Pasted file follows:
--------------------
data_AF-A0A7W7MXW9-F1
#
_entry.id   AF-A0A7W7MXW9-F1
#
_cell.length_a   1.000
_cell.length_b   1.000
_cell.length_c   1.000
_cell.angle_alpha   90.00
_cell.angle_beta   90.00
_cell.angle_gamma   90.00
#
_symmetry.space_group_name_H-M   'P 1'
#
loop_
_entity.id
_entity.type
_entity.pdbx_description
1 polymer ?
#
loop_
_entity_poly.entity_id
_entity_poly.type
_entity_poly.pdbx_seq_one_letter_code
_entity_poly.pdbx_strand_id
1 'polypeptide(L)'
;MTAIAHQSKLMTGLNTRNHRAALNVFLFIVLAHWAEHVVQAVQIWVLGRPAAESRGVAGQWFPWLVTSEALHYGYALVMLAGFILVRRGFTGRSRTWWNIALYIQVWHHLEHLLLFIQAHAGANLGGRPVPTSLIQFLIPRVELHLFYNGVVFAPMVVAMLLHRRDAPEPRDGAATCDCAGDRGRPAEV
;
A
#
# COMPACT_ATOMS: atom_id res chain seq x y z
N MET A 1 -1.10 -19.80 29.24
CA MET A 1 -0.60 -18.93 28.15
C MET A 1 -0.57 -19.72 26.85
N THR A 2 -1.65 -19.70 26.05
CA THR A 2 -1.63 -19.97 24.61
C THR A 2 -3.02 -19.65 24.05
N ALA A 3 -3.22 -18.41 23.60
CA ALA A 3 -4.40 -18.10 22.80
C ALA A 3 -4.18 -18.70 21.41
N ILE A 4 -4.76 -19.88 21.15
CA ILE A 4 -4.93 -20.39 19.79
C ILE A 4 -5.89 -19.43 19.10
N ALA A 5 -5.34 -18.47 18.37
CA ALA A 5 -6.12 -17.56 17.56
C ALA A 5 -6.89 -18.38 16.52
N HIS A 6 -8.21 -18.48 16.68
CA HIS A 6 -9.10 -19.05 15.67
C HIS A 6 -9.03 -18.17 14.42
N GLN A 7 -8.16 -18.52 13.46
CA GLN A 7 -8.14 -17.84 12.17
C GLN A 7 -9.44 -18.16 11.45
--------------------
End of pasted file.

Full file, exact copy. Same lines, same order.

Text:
data_AF-A0A7W7MXW9-F1
#
_entry.id   AF-A0A7W7MXW9-F1
#
_cell.length_a   1.000
_cell.length_b   1.000
_cell.length_c   1.000
_cell.angle_alpha   90.00
_cell.angle_beta   90.00
_cell.angle_gamma   90.00
#
_symmetry.space_group_name_H-M   'P 1'
#
loop_
_entity.id
_entity.type
_entity.pdbx_description
1 polymer ?
#
loop_
_entity_poly.entity_id
_entity_poly.type
_entity_poly.pdbx_seq_one_letter_code
_entity_poly.pdbx_strand_id
1 'polypeptide(L)'
;MTAIAHQSKLMTGLNTRNHRAALNVFLFIVLAHWAEHVVQAVQIWVLGRPAAESRGVAGQWFPWLVTSEALHYGYALVMLAGFILVRRGFTGRSRTWWNIALYIQVWHHLEHLLLFIQAHAGANLGGRPVPTSLIQFLIPRVELHLFYNGVVFAPMVVAMLLHRRDAPEPRDGAATCDCAGDRGRPAEV
;
A
#
# COMPACT_ATOMS: atom_id res chain seq x y z
N MET A 1 -1.10 -19.80 29.24
CA MET A 1 -0.60 -18.93 28.15
C MET A 1 -0.57 -19.72 26.85
N THR A 2 -1.65 -19.70 26.05
CA THR A 2 -1.63 -19.97 24.61
C THR A 2 -3.02 -19.65 24.05
N ALA A 3 -3.22 -18.41 23.60
CA ALA A 3 -4.40 -18.10 22.80
C ALA A 3 -4.18 -18.70 21.41
N ILE A 4 -4.76 -19.88 21.15
CA ILE A 4 -4.93 -20.39 19.79
C ILE A 4 -5.89 -19.43 19.10
N ALA A 5 -5.34 -18.47 18.37
CA ALA A 5 -6.12 -17.56 17.56
C ALA A 5 -6.89 -18.38 16.52
N HIS A 6 -8.21 -18.48 16.68
CA HIS A 6 -9.10 -19.05 15.67
C HIS A 6 -9.03 -18.17 14.42
N GLN A 7 -8.16 -18.52 13.46
CA GLN A 7 -8.14 -17.84 12.17
C GLN A 7 -9.44 -18.16 11.45